When learning a foreign language, I'm certainly spoiled. I was educated in French from kindergarten (grade 0) through grade 10. The first six years of that education were in an immersion program. Half of a day of class was spoken and written entirely in French. My middle school years (grades 6-8) were at a bilingual school that tried to place multi-lingual teachers in common subjects, such as math and science.
That's how I found out that the Belgian way of counting is different than French, but only in certain sets of 10 (70,80,90.) The confusion about what to call dinner is another interesting difference.
Now, in Taiwan, I see that the playing field of language is even further mingled. The mainland Chinese way of saying 一 or 1 is pronounced differently in some cases than it is in Taiwan, but not in normal counting. I've even heard that 0 is pronounced differently. In Chinese, the number 二 (er4) or 2 is pronounced differently once you count above 100, or when you are askin…
Our first evening in Bangkok, we ate at Hemlock, a Thai restaurant just north of the Khao San area. With it's dim lighting and white linen table cloths, the restaurant felt intimate yet upscale.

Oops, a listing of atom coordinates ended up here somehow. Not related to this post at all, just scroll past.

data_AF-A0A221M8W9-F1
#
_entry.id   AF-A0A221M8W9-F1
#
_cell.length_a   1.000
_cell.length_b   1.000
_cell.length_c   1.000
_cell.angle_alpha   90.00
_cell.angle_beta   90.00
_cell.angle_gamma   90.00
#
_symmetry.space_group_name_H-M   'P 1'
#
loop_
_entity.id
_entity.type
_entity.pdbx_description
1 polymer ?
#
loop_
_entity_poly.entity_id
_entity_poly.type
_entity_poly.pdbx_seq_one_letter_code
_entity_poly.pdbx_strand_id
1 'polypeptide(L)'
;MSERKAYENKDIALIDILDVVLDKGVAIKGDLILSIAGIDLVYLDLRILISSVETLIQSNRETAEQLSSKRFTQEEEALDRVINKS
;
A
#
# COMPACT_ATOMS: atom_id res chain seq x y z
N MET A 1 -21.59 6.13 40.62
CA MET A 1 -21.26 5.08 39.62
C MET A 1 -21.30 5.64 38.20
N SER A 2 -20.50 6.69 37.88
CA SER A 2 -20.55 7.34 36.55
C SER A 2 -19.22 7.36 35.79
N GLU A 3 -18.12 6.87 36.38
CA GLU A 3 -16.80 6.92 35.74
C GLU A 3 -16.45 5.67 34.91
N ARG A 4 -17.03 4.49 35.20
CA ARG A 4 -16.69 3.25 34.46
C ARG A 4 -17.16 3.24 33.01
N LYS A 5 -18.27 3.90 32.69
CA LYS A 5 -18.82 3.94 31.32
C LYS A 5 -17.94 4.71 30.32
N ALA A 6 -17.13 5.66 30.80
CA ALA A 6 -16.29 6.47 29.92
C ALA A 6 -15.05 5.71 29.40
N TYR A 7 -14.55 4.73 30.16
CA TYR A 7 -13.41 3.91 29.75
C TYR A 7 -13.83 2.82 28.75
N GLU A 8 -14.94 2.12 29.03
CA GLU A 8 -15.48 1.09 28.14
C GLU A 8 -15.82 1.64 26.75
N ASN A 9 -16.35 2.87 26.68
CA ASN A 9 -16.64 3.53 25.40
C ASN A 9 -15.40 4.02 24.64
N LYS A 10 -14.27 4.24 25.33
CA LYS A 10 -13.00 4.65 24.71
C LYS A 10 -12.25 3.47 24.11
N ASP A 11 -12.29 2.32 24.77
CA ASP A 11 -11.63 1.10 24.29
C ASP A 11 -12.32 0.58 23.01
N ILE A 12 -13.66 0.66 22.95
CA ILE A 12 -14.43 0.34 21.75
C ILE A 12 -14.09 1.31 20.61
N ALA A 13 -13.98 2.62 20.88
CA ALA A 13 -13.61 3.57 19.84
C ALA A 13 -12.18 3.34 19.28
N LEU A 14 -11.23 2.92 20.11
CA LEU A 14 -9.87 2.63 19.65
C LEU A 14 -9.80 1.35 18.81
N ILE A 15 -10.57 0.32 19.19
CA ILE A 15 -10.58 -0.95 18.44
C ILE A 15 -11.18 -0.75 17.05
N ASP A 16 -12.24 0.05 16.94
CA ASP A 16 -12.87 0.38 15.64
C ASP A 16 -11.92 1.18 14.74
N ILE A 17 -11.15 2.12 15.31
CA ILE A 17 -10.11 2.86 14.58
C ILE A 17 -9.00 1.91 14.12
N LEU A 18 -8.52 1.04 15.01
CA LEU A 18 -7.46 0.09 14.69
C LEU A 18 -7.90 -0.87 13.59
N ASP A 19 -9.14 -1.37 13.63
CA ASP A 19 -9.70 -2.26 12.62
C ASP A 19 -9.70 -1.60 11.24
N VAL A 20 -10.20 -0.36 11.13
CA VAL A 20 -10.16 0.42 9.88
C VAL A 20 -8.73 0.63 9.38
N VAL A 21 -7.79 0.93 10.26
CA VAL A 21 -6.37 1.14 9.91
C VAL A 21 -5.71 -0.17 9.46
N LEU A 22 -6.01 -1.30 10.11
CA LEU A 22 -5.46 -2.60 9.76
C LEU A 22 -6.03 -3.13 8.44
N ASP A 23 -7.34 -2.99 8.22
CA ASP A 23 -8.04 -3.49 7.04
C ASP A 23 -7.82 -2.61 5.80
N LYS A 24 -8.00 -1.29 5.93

The menu was extensive, offering standard Thai dishes as well as some unusual ones. Our food was delicious as well, yet the prices were mid range.
Perhaps the most memorable part of eating at Hemlock was the fantastic view we had looking out on to Th Phra Athit Road:
In our direct line of vision was the Anal Tour sign.
Of course we had our share of laughs and juvenile jokes while nibbling on lettuce wraps and sipping on masala tea, but we found the most amusement in watching others as they confronted this absurd sign.
Some people stopped dead in their tracks, while others merely glanced at the sign and chuckled.Others strolled by the sign nonchalantly, did a double-take, then quickly back pedaled while reaching for their cameras.
My favorite was a solo traveler who after spotting the si…